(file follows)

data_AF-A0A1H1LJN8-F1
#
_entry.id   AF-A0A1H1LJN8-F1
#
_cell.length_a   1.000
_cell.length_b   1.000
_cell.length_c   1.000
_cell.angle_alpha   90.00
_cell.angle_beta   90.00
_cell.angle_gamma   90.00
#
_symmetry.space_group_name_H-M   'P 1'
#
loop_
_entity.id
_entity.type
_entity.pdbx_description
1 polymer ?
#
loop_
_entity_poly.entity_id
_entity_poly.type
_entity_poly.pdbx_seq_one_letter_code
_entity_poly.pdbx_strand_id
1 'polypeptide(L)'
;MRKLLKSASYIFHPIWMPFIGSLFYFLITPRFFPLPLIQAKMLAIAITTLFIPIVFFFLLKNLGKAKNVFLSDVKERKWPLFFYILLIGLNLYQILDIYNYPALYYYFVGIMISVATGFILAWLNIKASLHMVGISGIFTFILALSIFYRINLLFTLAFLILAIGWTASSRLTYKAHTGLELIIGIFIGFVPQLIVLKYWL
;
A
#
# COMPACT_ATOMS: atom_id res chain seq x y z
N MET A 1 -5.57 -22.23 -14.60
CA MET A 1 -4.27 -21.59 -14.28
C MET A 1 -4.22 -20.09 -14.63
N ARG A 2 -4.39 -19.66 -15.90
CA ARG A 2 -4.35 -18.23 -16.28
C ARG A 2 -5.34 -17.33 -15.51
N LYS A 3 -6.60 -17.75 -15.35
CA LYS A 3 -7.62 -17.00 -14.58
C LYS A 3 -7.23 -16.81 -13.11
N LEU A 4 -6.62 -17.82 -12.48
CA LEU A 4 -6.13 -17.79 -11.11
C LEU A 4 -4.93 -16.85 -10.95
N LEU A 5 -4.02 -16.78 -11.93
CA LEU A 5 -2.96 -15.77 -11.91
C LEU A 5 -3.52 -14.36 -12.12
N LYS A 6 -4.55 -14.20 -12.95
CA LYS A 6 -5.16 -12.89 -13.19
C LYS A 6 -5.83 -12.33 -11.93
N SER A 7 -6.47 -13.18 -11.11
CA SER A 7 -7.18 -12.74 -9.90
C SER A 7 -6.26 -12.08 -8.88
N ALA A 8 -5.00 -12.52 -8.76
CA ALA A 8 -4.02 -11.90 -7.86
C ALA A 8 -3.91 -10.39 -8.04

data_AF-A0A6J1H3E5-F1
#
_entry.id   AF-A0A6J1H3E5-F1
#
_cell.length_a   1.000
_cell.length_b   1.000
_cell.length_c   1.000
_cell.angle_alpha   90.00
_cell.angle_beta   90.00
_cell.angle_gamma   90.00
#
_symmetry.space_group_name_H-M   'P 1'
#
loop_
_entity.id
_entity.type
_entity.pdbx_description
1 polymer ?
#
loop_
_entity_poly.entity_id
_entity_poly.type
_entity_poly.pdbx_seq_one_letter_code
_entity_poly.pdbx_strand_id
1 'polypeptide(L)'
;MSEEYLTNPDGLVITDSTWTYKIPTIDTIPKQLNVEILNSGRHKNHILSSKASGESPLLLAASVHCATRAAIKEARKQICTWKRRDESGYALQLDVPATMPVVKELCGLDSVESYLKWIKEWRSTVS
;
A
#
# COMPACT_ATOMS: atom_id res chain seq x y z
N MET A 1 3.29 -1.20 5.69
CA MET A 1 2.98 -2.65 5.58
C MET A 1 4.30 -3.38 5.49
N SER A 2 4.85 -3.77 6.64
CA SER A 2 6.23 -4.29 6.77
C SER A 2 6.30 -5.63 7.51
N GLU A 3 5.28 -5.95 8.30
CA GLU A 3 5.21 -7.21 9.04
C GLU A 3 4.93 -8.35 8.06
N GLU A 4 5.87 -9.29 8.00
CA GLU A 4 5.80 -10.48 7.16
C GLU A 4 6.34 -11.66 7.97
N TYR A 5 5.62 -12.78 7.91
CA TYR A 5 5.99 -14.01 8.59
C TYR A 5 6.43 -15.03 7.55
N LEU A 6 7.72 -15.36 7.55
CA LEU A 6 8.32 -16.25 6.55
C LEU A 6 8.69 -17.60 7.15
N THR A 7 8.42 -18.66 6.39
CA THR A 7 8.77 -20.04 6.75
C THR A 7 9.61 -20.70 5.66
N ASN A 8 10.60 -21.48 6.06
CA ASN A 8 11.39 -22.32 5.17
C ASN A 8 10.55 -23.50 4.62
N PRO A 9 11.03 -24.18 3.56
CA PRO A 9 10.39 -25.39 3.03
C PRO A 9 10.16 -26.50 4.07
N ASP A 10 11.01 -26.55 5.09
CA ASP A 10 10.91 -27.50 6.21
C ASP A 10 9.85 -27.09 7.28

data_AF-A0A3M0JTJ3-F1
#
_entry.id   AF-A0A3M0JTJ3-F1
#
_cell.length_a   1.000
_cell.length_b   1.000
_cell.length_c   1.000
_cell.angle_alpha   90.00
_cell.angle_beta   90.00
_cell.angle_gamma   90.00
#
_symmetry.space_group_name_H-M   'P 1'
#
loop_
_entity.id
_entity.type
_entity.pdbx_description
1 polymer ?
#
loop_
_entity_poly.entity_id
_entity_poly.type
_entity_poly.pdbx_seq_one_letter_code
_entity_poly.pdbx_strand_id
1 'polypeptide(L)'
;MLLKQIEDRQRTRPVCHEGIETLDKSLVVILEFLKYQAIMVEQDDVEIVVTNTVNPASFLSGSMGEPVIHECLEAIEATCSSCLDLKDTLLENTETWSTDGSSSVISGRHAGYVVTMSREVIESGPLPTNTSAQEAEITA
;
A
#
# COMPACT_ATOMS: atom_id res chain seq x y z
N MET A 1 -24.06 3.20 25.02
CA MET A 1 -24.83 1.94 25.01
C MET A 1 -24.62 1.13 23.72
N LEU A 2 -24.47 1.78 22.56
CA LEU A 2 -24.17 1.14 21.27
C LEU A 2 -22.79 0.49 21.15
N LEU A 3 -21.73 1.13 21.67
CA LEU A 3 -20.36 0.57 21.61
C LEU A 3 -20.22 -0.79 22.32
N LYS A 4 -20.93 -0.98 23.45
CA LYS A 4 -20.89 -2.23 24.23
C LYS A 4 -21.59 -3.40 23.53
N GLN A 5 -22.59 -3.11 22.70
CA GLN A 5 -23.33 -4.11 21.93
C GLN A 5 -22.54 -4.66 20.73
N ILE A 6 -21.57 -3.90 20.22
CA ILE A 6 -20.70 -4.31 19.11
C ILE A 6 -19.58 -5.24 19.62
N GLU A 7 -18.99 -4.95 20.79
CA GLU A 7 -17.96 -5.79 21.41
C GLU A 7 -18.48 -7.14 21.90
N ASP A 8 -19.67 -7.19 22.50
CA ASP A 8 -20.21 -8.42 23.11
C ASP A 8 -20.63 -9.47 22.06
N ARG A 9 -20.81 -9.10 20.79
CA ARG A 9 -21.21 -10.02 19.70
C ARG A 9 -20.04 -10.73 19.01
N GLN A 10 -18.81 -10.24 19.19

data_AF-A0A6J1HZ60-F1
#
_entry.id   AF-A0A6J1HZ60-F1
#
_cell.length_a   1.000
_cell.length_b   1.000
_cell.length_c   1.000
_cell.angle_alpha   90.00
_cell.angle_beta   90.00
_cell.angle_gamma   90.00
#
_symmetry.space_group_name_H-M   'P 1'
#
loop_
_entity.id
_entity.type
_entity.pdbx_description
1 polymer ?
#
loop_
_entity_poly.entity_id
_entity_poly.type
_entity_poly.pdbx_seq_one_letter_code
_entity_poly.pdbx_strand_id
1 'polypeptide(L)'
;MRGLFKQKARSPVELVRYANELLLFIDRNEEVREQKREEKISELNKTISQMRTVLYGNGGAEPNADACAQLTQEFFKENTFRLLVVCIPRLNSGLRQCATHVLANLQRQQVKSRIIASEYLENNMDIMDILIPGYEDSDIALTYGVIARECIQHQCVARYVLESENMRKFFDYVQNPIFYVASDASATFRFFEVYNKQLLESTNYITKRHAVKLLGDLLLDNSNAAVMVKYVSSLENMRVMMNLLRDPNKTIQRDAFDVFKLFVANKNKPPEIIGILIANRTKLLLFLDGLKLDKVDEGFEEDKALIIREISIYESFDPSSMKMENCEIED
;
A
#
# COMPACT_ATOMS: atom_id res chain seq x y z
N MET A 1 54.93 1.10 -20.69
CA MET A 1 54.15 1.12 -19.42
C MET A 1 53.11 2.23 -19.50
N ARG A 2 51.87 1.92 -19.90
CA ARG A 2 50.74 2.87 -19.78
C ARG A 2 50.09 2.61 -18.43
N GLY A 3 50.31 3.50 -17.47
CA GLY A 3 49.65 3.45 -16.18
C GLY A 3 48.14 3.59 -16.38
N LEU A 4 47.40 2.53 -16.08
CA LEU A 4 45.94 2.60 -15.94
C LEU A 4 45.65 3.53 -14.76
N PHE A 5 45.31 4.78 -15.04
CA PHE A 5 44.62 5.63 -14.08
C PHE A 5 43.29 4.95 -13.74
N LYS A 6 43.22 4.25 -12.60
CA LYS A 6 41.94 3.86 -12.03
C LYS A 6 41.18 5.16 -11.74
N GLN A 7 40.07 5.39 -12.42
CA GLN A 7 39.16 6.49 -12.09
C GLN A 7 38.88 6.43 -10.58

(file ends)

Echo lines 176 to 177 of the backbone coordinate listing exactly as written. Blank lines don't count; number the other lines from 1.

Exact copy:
#
_cell.length_a   1.000